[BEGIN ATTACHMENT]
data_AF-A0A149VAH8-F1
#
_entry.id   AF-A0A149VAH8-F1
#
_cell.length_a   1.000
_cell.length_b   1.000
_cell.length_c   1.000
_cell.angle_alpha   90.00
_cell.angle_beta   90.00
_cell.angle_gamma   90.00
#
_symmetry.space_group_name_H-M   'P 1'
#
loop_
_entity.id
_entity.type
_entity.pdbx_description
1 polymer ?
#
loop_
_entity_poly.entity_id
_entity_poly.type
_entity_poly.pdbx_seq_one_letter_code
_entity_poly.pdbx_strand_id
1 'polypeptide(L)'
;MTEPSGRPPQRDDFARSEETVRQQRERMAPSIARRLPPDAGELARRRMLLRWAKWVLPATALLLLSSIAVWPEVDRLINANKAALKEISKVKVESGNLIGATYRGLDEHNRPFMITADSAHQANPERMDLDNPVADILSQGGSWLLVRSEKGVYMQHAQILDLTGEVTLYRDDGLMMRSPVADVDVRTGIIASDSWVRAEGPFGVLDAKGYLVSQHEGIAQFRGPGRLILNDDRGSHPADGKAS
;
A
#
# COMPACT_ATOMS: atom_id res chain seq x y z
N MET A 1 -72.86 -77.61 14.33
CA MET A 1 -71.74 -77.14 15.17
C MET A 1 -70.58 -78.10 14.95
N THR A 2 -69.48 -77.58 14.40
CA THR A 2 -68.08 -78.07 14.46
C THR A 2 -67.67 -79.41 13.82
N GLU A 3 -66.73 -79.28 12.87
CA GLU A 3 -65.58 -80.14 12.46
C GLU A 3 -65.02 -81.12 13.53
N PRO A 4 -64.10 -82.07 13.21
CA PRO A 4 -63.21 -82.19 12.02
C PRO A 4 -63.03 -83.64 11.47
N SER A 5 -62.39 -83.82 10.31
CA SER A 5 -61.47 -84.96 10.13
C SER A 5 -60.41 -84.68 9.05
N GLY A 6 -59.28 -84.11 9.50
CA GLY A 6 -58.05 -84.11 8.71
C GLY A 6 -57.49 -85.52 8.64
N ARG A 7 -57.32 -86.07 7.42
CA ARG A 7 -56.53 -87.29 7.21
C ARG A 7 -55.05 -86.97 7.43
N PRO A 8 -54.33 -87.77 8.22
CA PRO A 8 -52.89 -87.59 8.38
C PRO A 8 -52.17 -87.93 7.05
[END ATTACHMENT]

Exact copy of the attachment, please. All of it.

data_AF-A0A149VAH8-F1
#
_entry.id   AF-A0A149VAH8-F1
#
_cell.length_a   1.000
_cell.length_b   1.000
_cell.length_c   1.000
_cell.angle_alpha   90.00
_cell.angle_beta   90.00
_cell.angle_gamma   90.00
#
_symmetry.space_group_name_H-M   'P 1'
#
loop_
_entity.id
_entity.type
_entity.pdbx_description
1 polymer ?
#
loop_
_entity_poly.entity_id
_entity_poly.type
_entity_poly.pdbx_seq_one_letter_code
_entity_poly.pdbx_strand_id
1 'polypeptide(L)'
;MTEPSGRPPQRDDFARSEETVRQQRERMAPSIARRLPPDAGELARRRMLLRWAKWVLPATALLLLSSIAVWPEVDRLINANKAALKEISKVKVESGNLIGATYRGLDEHNRPFMITADSAHQANPERMDLDNPVADILSQGGSWLLVRSEKGVYMQHAQILDLTGEVTLYRDDGLMMRSPVADVDVRTGIIASDSWVRAEGPFGVLDAKGYLVSQHEGIAQFRGPGRLILNDDRGSHPADGKAS
;
A
#
# COMPACT_ATOMS: atom_id res chain seq x y z
N MET A 1 -72.86 -77.61 14.33
CA MET A 1 -71.74 -77.14 15.17
C MET A 1 -70.58 -78.10 14.95
N THR A 2 -69.48 -77.58 14.40
CA THR A 2 -68.08 -78.07 14.46
C THR A 2 -67.67 -79.41 13.82
N GLU A 3 -66.73 -79.28 12.87
CA GLU A 3 -65.58 -80.14 12.46
C GLU A 3 -65.02 -81.12 13.53
N PRO A 4 -64.10 -82.07 13.21
CA PRO A 4 -63.21 -82.19 12.02
C PRO A 4 -63.03 -83.64 11.47
N SER A 5 -62.39 -83.82 10.31
CA SER A 5 -61.47 -84.96 10.13
C SER A 5 -60.41 -84.68 9.05
N GLY A 6 -59.28 -84.11 9.50
CA GLY A 6 -58.05 -84.11 8.71
C GLY A 6 -57.49 -85.52 8.64
N ARG A 7 -57.32 -86.07 7.42
CA ARG A 7 -56.53 -87.29 7.21
C ARG A 7 -55.05 -86.97 7.43
N PRO A 8 -54.33 -87.77 8.22
CA PRO A 8 -52.89 -87.59 8.38
C PRO A 8 -52.17 -87.93 7.05